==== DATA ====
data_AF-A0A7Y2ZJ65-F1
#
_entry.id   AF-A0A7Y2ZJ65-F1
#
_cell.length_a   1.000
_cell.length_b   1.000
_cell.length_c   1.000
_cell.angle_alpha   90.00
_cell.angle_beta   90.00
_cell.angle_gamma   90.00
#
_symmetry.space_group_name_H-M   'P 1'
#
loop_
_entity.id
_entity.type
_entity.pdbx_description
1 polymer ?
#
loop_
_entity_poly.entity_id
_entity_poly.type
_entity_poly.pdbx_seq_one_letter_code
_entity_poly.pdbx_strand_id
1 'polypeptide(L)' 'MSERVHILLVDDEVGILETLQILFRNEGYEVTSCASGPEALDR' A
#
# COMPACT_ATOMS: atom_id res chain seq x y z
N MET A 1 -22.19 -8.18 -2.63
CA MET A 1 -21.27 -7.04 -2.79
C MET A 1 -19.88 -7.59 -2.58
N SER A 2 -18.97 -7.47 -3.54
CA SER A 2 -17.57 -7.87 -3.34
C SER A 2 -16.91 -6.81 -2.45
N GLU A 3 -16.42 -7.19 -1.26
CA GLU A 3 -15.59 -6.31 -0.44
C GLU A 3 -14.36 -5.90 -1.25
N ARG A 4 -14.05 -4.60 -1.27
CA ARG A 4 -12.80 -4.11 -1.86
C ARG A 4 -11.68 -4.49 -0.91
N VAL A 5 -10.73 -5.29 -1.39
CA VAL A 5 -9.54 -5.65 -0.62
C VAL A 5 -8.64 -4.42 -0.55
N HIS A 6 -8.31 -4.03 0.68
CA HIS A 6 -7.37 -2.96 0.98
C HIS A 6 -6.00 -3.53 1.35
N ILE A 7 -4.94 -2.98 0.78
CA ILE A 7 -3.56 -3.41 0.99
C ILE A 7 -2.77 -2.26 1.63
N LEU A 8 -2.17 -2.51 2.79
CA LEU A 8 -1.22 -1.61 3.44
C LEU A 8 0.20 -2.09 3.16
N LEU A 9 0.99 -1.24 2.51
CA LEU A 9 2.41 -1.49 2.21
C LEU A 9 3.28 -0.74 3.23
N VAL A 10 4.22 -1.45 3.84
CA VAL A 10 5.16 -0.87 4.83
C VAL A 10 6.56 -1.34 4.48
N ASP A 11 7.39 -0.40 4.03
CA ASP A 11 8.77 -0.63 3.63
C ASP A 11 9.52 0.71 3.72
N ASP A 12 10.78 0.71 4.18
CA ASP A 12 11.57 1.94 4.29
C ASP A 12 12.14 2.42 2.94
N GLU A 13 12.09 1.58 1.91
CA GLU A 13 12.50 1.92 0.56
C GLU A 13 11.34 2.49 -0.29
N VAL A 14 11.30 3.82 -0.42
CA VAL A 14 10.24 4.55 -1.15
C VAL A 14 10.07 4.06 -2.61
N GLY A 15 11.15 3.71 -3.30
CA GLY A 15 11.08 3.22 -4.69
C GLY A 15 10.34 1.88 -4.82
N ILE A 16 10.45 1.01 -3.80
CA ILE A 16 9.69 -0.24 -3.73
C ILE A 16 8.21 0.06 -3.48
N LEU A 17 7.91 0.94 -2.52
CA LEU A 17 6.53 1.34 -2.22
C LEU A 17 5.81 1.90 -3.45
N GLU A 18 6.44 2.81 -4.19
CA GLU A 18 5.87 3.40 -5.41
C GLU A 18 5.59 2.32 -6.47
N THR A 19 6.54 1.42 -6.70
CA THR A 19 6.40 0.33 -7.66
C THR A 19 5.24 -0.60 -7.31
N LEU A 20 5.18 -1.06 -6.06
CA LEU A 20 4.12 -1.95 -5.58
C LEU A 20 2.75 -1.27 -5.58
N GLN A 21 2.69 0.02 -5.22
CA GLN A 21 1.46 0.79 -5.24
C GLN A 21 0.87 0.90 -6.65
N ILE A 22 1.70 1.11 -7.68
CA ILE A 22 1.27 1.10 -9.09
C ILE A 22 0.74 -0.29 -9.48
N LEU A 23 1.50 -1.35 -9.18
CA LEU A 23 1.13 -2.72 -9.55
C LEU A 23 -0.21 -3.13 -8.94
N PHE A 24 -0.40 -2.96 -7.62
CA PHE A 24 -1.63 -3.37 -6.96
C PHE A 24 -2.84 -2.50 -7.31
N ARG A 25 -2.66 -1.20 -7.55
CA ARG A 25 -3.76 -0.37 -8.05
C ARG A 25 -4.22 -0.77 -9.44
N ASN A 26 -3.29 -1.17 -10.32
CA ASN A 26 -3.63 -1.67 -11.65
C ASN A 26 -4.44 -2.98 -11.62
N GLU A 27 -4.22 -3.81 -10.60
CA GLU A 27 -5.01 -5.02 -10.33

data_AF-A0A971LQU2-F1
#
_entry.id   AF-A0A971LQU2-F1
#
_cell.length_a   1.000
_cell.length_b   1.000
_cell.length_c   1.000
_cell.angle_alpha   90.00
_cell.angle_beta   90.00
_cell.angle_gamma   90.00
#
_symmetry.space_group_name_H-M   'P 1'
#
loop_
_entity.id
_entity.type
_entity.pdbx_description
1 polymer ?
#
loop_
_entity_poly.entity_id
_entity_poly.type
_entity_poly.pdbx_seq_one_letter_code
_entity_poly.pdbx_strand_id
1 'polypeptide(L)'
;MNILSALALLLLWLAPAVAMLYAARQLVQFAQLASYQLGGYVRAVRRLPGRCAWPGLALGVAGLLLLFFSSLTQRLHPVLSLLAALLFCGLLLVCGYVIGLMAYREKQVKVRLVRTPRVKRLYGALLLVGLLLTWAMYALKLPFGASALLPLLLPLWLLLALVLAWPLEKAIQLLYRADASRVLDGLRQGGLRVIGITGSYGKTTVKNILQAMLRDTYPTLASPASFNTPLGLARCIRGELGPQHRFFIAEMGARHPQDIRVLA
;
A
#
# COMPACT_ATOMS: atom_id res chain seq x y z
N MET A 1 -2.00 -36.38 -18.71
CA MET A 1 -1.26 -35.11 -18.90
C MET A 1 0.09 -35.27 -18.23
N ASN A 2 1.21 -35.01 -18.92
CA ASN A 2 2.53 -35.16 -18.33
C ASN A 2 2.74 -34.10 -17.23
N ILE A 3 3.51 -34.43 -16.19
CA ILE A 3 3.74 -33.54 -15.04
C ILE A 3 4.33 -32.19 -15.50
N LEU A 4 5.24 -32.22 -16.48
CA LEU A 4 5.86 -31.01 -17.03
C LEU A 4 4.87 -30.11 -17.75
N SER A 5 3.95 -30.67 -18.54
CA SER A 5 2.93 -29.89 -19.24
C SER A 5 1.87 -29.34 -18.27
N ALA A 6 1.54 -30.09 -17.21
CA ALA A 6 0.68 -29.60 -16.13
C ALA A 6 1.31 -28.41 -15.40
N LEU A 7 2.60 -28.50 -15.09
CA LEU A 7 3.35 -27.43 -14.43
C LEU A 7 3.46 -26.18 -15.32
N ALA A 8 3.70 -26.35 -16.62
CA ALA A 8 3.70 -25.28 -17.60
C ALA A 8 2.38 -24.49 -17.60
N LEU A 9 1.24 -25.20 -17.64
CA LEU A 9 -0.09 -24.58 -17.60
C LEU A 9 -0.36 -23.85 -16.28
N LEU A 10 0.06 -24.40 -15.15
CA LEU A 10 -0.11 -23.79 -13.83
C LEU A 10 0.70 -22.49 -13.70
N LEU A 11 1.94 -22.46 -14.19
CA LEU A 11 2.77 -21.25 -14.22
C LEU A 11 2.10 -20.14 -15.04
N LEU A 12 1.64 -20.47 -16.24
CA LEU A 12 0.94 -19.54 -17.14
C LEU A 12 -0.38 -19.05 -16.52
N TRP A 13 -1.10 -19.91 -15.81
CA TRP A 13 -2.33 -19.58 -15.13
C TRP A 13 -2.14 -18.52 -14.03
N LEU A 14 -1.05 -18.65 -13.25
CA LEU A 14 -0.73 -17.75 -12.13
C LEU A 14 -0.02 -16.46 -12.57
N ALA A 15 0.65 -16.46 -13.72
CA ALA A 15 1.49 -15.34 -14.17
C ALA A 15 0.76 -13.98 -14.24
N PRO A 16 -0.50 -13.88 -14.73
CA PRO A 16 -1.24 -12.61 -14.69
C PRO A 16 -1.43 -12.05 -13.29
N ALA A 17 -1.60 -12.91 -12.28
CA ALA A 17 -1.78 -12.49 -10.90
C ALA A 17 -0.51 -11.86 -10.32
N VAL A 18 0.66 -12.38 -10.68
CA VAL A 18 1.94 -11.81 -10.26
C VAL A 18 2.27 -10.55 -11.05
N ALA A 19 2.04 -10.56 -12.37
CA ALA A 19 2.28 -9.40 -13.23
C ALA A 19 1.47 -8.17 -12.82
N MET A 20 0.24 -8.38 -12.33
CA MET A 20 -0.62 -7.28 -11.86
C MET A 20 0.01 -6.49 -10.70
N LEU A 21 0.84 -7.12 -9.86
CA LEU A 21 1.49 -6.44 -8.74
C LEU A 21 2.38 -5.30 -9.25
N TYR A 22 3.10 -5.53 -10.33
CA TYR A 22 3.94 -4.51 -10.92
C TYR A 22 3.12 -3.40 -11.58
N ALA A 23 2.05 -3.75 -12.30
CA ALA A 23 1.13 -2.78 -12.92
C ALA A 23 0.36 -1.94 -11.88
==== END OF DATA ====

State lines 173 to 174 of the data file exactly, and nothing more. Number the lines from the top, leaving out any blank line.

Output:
C LEU A 12 -0.38 -19.05 -16.52
N TRP A 13 -1.10 -19.91 -15.81